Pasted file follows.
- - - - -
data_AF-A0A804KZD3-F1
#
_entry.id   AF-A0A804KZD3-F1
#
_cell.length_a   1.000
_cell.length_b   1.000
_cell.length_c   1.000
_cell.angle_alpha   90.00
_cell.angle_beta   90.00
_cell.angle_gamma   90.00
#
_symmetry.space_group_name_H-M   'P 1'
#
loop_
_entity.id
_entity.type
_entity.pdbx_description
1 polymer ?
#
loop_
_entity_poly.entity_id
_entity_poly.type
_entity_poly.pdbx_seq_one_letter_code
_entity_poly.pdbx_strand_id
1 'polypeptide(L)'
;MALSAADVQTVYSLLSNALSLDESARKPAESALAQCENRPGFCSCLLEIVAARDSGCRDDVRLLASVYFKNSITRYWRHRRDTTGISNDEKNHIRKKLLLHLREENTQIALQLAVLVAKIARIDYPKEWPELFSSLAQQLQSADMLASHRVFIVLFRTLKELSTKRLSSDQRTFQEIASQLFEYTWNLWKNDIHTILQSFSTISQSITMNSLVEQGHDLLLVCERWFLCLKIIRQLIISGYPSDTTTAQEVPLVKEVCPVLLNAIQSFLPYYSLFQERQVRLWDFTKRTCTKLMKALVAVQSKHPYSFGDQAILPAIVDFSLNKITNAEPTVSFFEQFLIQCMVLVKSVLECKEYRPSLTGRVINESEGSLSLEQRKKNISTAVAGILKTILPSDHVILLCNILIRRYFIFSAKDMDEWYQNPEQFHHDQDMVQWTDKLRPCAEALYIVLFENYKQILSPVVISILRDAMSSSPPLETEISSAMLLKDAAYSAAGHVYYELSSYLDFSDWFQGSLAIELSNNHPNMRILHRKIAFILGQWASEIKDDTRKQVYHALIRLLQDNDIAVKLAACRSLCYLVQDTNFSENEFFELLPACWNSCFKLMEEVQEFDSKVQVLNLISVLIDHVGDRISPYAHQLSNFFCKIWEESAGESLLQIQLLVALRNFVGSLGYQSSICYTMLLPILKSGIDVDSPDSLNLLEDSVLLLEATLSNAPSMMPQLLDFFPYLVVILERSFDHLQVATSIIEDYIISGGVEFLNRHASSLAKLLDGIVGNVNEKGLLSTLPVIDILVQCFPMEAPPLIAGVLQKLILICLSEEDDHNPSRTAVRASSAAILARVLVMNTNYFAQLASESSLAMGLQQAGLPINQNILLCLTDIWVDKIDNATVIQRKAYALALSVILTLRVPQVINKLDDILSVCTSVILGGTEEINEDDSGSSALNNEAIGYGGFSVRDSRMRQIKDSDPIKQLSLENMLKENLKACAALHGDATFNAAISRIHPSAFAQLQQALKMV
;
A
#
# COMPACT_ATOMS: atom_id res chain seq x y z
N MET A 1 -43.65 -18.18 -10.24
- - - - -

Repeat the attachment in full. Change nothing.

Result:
data_AF-A0A804KZD3-F1
#
_entry.id   AF-A0A804KZD3-F1
#
_cell.length_a   1.000
_cell.length_b   1.000
_cell.length_c   1.000
_cell.angle_alpha   90.00
_cell.angle_beta   90.00
_cell.angle_gamma   90.00
#
_symmetry.space_group_name_H-M   'P 1'
#
loop_
_entity.id
_entity.type
_entity.pdbx_description
1 polymer ?
#
loop_
_entity_poly.entity_id
_entity_poly.type
_entity_poly.pdbx_seq_one_letter_code
_entity_poly.pdbx_strand_id
1 'polypeptide(L)'
;MALSAADVQTVYSLLSNALSLDESARKPAESALAQCENRPGFCSCLLEIVAARDSGCRDDVRLLASVYFKNSITRYWRHRRDTTGISNDEKNHIRKKLLLHLREENTQIALQLAVLVAKIARIDYPKEWPELFSSLAQQLQSADMLASHRVFIVLFRTLKELSTKRLSSDQRTFQEIASQLFEYTWNLWKNDIHTILQSFSTISQSITMNSLVEQGHDLLLVCERWFLCLKIIRQLIISGYPSDTTTAQEVPLVKEVCPVLLNAIQSFLPYYSLFQERQVRLWDFTKRTCTKLMKALVAVQSKHPYSFGDQAILPAIVDFSLNKITNAEPTVSFFEQFLIQCMVLVKSVLECKEYRPSLTGRVINESEGSLSLEQRKKNISTAVAGILKTILPSDHVILLCNILIRRYFIFSAKDMDEWYQNPEQFHHDQDMVQWTDKLRPCAEALYIVLFENYKQILSPVVISILRDAMSSSPPLETEISSAMLLKDAAYSAAGHVYYELSSYLDFSDWFQGSLAIELSNNHPNMRILHRKIAFILGQWASEIKDDTRKQVYHALIRLLQDNDIAVKLAACRSLCYLVQDTNFSENEFFELLPACWNSCFKLMEEVQEFDSKVQVLNLISVLIDHVGDRISPYAHQLSNFFCKIWEESAGESLLQIQLLVALRNFVGSLGYQSSICYTMLLPILKSGIDVDSPDSLNLLEDSVLLLEATLSNAPSMMPQLLDFFPYLVVILERSFDHLQVATSIIEDYIISGGVEFLNRHASSLAKLLDGIVGNVNEKGLLSTLPVIDILVQCFPMEAPPLIAGVLQKLILICLSEEDDHNPSRTAVRASSAAILARVLVMNTNYFAQLASESSLAMGLQQAGLPINQNILLCLTDIWVDKIDNATVIQRKAYALALSVILTLRVPQVINKLDDILSVCTSVILGGTEEINEDDSGSSALNNEAIGYGGFSVRDSRMRQIKDSDPIKQLSLENMLKENLKACAALHGDATFNAAISRIHPSAFAQLQQALKMV
;
A
#
# COMPACT_ATOMS: atom_id res chain seq x y z
N MET A 1 -43.65 -18.18 -10.24